increase its ability to flow through pipe and be dispersed for
successful fire suppression. CAF itself has been shown to perform
better than air-aspirated foam and unexpanded foam-water solution. CAF
systems have been demonstrated to successfully extinguish challenging
fires with less water and less foam than current fire-suppression
systems using foam and water.

The Snuffer, now manufactured by
Tuff Built Products Inc. of Dufresne, Man., boasts, "CAFS are up to 30
times more effective than water by itself. Our 42 cfm Snuffer system
can deliver 375 gpm of foam and has knocked down a fully involved fire
in less than 30 seconds, and oil-pan fires in less than 15 seconds."

now, attempts to adapt the compressed-air foam approach to fixed
installations have failed because of two fundamental technical
problems: first, traditional sprinkler-type nozzles cannot distribute
compressed-air foam without collapsing it; and, second, the foam itself
degenerates in fixed piping.

Current systems are also unable
to provide foams with high-injection velocity, which is an especially
important requirement in the case of high-ceiling storage warehouses
and hangars, where the injected foam needs to travel relatively long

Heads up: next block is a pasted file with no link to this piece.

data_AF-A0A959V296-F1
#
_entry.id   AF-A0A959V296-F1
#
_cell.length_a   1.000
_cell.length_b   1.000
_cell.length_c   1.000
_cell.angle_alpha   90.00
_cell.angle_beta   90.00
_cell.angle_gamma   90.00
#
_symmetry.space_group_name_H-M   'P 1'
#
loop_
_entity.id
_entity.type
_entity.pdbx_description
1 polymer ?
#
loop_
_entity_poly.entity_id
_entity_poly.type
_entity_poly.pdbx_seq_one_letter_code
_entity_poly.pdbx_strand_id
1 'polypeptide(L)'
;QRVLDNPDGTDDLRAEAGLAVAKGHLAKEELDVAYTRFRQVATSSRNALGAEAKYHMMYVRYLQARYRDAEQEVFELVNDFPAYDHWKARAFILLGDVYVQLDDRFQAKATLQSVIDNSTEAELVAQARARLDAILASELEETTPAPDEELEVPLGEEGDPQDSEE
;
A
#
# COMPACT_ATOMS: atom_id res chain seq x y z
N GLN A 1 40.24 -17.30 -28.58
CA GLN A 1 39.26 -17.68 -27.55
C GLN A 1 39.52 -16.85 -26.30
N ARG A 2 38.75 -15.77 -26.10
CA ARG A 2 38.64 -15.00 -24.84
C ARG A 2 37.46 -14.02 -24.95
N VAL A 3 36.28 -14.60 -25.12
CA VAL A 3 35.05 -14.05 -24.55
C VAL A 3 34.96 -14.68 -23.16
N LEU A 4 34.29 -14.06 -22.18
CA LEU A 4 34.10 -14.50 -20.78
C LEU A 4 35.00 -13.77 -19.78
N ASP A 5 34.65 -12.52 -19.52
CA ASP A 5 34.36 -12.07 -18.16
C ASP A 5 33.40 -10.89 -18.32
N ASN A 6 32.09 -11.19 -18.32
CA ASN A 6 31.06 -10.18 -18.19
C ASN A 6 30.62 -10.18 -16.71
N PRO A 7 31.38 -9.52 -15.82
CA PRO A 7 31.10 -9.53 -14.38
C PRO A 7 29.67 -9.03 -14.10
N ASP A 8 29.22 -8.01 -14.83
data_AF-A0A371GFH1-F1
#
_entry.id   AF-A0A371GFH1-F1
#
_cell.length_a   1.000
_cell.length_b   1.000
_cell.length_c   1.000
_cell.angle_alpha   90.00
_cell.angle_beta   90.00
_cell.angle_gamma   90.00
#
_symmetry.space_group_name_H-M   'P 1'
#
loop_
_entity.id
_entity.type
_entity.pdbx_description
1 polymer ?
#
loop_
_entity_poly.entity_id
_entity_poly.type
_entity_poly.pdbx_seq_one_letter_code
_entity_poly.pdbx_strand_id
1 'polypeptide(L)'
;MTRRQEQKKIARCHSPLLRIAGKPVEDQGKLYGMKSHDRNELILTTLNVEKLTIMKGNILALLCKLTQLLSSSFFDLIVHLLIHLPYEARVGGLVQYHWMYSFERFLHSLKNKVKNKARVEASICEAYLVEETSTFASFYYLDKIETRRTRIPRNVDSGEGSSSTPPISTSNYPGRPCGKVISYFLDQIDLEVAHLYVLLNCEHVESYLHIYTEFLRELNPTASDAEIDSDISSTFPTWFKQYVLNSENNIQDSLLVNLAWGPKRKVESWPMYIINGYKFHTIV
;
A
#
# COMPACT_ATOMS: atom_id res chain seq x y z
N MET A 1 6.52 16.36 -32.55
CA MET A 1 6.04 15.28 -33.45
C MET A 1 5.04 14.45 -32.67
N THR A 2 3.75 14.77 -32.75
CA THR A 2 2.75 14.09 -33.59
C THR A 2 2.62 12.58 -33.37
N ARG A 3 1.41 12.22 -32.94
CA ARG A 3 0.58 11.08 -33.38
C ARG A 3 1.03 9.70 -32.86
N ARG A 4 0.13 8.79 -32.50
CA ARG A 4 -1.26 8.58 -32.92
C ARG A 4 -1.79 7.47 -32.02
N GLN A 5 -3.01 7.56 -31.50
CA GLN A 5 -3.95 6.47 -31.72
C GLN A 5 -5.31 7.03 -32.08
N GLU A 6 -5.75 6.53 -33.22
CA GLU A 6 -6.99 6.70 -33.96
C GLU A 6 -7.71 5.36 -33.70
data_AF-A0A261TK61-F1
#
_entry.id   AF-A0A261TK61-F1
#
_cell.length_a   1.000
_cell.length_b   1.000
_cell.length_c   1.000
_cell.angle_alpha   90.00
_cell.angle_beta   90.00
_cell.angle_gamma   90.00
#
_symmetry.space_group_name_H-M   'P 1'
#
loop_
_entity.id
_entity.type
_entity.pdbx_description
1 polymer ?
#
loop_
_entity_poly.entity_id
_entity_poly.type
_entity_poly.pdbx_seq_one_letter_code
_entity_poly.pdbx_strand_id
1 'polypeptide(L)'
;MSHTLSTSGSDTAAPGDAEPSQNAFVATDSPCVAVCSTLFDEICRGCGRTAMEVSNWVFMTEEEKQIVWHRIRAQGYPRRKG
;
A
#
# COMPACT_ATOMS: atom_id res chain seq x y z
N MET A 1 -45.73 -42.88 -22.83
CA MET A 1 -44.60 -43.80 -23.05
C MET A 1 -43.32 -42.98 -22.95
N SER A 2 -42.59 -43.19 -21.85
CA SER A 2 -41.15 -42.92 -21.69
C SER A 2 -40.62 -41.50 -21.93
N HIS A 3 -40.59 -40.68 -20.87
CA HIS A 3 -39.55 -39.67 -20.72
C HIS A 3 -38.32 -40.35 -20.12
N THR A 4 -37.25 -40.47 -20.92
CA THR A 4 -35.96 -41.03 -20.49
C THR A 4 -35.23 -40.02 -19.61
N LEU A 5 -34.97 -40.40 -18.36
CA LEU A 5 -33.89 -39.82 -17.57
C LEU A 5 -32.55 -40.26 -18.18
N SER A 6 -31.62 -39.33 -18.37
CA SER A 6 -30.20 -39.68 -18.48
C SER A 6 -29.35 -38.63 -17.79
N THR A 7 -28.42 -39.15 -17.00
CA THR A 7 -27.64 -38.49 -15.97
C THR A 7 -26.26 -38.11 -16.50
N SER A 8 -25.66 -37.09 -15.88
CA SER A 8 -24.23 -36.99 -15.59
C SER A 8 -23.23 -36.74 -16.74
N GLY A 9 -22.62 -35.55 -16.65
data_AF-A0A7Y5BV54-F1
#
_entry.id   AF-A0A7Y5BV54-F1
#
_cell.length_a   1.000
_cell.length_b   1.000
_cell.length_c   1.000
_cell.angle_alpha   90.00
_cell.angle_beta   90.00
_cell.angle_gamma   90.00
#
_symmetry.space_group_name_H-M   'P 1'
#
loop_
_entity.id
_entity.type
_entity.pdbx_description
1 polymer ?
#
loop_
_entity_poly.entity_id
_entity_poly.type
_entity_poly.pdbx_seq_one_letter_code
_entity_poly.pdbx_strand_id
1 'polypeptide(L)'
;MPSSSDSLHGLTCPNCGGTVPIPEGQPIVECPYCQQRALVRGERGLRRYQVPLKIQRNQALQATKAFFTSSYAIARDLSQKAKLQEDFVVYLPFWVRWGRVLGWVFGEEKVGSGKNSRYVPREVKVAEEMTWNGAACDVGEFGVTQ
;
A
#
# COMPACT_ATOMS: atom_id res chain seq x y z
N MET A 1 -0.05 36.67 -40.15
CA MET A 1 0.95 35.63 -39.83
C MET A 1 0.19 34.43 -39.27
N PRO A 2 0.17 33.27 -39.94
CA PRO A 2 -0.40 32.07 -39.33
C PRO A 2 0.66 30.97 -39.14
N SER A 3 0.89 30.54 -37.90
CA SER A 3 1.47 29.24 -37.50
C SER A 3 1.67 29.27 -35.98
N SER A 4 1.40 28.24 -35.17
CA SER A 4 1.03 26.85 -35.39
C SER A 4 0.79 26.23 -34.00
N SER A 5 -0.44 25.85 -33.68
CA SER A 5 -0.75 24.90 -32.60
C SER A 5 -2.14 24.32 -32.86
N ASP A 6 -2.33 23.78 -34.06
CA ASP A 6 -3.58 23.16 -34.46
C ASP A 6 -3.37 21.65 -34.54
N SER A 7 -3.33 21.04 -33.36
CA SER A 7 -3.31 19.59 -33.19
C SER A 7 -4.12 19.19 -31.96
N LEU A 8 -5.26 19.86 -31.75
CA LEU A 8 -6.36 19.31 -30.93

distances and penetrate fire plumes before reaching the seat of the

The National Research Council of Canada has overcome
these difficulties with an improved technical understanding of foam
behaviour, and by engineering sophisticated air-injection hardware with
a special nozzle. The result is a compressed-air foam system whose
performance has been proven in full-scale tests. Compressed-air foam
technology is a new development with good potential for fire
suppression because of its good suppression capability, low water
requirement and easy cleanup afterwards.

It seems that CAFS is
going to play a major role in the future of fire suppression given that
it's been widely referred to as the fire suppression equipment of the

Until next time stay safe and remember to train like their lives depend on it because they do.


Report 98: Compressed Air Foam Systems in Limited Staffing Conditions,
by the USA Fire Administration, the National Research Council Of
Canada, the National Interagency Fire Center, the National Defence
Canada, IFSTA, NFPA 11, and Fire Technologies of Ottawa.

Ed Brouwer is the Fire Chief/Training Officer for Canwest Fire and a
member of the Osoyoos (B.C.) Fire Dept. The 18-year veteran fire
fighter is also a Fire Warden with Ministry of Forests, a First
Responder III instructor/evaluator, Local Assistant to the Fire
Commissioner and a fire service motivational speaker and chaplain.
E-mail .